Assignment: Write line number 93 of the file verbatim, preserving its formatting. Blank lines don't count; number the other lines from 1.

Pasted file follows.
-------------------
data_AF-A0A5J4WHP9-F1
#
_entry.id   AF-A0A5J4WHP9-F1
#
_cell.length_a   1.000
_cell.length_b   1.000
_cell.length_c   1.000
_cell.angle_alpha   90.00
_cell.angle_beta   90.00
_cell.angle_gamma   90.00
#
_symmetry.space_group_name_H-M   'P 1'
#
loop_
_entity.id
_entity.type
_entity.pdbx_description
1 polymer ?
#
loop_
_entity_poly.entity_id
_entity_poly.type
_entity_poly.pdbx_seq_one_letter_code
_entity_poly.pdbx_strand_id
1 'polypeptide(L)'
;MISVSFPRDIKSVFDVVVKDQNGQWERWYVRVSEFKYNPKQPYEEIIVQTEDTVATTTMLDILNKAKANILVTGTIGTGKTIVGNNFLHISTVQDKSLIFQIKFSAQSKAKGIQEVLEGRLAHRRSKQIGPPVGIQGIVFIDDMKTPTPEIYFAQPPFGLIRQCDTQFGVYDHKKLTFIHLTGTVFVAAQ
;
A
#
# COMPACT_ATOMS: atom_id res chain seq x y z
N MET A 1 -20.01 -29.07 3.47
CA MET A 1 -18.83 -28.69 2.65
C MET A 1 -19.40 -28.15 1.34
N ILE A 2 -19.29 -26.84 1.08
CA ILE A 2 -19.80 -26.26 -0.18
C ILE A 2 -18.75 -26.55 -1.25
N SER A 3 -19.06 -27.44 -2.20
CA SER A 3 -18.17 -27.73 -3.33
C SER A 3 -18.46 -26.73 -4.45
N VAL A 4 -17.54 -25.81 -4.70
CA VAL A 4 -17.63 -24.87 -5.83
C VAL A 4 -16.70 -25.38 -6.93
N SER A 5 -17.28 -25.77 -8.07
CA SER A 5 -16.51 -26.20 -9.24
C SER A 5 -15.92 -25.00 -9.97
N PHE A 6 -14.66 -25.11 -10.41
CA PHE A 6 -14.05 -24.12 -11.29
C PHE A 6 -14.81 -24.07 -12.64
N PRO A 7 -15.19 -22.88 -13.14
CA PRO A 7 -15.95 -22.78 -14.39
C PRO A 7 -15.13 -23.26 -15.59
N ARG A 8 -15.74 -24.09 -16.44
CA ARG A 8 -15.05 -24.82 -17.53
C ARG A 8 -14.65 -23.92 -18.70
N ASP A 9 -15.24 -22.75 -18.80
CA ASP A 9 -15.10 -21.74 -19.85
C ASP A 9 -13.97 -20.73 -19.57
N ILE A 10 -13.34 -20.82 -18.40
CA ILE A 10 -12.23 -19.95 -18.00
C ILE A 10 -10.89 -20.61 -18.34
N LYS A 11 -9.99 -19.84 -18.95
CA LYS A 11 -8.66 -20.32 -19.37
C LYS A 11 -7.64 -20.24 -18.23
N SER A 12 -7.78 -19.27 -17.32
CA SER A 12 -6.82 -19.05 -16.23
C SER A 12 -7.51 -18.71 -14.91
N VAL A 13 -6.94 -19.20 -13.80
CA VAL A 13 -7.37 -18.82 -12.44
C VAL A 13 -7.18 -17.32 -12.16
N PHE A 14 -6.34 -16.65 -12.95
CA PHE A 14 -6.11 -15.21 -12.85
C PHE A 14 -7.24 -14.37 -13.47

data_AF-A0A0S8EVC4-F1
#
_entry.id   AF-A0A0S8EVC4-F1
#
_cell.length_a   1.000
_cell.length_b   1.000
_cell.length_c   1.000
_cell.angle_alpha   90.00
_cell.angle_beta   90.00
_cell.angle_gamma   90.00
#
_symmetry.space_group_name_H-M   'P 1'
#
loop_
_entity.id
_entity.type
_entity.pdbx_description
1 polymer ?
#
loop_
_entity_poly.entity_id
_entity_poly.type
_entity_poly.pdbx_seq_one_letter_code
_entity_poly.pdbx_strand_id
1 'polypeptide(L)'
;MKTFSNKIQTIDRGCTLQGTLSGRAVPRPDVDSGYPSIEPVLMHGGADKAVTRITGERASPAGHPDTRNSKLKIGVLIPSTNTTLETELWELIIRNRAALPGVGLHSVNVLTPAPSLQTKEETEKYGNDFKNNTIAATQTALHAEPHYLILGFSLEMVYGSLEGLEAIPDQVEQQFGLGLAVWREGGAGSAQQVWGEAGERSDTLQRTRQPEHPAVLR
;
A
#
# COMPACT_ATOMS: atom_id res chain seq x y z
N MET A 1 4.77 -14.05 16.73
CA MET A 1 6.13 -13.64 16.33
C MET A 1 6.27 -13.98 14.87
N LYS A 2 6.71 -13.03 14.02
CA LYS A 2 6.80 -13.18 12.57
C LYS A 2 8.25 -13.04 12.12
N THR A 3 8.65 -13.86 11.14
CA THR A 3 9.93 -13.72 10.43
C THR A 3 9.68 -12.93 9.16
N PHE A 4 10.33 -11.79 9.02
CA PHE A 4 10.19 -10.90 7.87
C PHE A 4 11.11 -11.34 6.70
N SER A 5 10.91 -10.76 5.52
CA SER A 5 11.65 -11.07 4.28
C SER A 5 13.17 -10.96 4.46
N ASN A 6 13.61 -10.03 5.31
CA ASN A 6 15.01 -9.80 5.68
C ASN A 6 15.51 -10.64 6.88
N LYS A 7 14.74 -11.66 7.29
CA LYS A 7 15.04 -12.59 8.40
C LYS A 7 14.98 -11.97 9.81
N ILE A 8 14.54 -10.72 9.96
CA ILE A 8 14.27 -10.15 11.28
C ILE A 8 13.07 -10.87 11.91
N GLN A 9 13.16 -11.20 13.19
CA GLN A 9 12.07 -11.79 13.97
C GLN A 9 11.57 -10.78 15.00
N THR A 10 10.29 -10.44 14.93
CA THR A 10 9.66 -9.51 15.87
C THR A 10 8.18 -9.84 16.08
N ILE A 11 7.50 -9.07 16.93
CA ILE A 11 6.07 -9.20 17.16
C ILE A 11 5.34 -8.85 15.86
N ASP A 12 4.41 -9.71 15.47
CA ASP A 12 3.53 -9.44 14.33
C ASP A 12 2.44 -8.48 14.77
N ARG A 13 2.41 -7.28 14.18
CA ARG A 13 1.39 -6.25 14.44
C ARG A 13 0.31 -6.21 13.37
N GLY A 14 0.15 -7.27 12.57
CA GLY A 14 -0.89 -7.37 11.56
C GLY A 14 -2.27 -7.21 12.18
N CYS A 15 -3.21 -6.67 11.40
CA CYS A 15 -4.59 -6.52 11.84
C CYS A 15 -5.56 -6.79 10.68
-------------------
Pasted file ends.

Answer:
_entity_poly.entity_id